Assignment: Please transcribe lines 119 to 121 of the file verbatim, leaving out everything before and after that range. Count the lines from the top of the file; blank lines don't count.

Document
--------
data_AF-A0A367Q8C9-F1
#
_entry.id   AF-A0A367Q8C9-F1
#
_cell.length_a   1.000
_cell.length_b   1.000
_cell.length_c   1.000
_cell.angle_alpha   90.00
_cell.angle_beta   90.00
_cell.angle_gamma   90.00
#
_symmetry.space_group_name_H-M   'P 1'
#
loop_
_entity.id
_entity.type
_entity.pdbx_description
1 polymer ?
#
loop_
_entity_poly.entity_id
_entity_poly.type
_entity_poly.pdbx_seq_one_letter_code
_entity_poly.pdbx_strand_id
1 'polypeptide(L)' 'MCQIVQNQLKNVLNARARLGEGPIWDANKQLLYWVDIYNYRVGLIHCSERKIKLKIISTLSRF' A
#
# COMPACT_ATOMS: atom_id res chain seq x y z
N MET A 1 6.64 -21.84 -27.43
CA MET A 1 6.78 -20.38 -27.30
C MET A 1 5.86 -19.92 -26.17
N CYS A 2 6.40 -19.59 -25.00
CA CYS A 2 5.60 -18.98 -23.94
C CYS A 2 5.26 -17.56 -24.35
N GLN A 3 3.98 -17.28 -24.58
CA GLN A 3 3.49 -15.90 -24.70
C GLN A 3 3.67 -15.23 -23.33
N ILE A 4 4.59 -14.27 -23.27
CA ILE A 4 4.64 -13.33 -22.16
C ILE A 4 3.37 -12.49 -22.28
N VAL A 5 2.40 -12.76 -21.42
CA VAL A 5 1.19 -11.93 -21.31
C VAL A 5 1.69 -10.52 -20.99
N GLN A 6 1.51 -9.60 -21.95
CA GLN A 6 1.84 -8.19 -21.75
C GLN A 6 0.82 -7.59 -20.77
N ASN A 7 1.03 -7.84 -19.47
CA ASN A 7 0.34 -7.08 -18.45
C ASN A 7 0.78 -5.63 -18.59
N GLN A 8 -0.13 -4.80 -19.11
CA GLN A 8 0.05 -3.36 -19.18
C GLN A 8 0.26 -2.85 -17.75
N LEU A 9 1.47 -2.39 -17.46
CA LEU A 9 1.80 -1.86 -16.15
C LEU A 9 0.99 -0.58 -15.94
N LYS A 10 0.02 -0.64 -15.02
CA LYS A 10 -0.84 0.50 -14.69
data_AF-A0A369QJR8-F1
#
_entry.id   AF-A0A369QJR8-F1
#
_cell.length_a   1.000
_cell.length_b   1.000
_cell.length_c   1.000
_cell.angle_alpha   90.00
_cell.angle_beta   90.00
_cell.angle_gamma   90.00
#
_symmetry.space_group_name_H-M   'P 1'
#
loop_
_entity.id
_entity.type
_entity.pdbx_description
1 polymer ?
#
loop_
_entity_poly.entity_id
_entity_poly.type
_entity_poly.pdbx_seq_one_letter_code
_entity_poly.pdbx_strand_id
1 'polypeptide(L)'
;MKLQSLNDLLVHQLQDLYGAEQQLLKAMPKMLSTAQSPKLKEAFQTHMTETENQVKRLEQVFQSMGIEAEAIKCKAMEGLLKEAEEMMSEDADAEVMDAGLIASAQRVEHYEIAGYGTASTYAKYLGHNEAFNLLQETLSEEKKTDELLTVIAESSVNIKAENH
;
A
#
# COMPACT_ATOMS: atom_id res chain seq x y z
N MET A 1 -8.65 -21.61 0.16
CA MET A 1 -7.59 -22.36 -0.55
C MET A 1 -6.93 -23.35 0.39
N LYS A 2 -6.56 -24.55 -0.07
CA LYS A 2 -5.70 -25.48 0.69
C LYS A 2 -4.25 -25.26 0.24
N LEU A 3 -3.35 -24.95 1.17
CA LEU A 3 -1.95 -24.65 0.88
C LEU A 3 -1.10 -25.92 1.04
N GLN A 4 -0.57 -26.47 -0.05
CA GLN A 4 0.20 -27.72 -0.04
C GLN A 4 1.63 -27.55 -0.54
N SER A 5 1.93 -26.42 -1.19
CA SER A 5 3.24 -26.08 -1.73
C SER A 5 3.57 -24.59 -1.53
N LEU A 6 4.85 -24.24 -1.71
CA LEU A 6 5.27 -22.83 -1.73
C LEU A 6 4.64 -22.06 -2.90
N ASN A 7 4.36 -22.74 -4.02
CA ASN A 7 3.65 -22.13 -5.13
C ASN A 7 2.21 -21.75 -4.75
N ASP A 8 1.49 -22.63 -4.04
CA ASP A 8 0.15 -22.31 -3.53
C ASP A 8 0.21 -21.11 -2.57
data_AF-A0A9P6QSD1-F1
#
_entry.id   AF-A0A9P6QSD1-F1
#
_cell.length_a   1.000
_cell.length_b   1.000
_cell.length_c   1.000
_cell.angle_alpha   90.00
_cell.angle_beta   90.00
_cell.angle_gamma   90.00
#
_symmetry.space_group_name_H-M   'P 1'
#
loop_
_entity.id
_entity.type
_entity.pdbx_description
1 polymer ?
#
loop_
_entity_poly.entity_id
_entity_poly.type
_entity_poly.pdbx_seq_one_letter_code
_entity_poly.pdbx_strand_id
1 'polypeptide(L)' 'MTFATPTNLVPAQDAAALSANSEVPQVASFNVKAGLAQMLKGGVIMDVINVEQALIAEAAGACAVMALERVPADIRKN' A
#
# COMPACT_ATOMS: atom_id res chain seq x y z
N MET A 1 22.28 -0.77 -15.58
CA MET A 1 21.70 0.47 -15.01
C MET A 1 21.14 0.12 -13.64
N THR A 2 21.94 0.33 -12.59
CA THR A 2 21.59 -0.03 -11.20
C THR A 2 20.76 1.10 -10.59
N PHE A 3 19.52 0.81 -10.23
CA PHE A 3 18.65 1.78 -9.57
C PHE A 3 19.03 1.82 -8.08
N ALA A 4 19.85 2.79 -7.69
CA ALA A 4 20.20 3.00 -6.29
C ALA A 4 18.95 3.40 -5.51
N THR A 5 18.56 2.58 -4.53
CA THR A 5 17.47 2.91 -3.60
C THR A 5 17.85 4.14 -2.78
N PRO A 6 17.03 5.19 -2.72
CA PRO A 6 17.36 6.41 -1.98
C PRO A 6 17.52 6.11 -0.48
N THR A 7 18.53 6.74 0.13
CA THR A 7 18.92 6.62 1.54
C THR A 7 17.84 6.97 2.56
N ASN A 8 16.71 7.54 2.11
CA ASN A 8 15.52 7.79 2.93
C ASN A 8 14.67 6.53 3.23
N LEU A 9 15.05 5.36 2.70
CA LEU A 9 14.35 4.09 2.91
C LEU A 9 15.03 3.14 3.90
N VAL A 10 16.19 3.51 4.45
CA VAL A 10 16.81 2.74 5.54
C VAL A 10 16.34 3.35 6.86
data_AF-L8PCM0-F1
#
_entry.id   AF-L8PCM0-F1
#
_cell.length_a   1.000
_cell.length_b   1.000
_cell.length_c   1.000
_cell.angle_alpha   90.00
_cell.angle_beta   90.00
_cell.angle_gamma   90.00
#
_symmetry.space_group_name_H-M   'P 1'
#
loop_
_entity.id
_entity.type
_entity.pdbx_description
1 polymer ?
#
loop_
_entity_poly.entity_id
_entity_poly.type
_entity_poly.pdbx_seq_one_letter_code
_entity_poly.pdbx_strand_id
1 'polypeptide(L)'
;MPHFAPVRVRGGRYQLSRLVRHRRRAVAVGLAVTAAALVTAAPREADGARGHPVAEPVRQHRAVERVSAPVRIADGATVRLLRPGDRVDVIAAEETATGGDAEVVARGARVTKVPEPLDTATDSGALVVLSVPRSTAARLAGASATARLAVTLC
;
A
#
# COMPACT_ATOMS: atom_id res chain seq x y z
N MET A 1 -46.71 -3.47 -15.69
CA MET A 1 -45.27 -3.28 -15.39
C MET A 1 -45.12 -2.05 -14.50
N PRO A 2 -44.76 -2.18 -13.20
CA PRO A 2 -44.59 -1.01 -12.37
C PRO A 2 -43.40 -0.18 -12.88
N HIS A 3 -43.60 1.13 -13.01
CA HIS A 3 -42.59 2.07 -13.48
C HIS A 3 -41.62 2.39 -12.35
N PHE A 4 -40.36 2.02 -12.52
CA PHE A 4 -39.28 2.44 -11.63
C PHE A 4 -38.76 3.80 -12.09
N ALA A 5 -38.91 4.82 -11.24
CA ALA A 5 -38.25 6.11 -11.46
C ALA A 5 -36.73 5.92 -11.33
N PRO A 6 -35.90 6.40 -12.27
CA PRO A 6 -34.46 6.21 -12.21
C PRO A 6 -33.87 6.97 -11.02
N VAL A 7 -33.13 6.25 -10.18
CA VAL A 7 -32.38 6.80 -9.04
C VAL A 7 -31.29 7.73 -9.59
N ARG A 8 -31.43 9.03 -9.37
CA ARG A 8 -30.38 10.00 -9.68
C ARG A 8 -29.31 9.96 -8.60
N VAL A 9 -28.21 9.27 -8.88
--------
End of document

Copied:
_cell.angle_beta   90.00
_cell.angle_gamma   90.00
#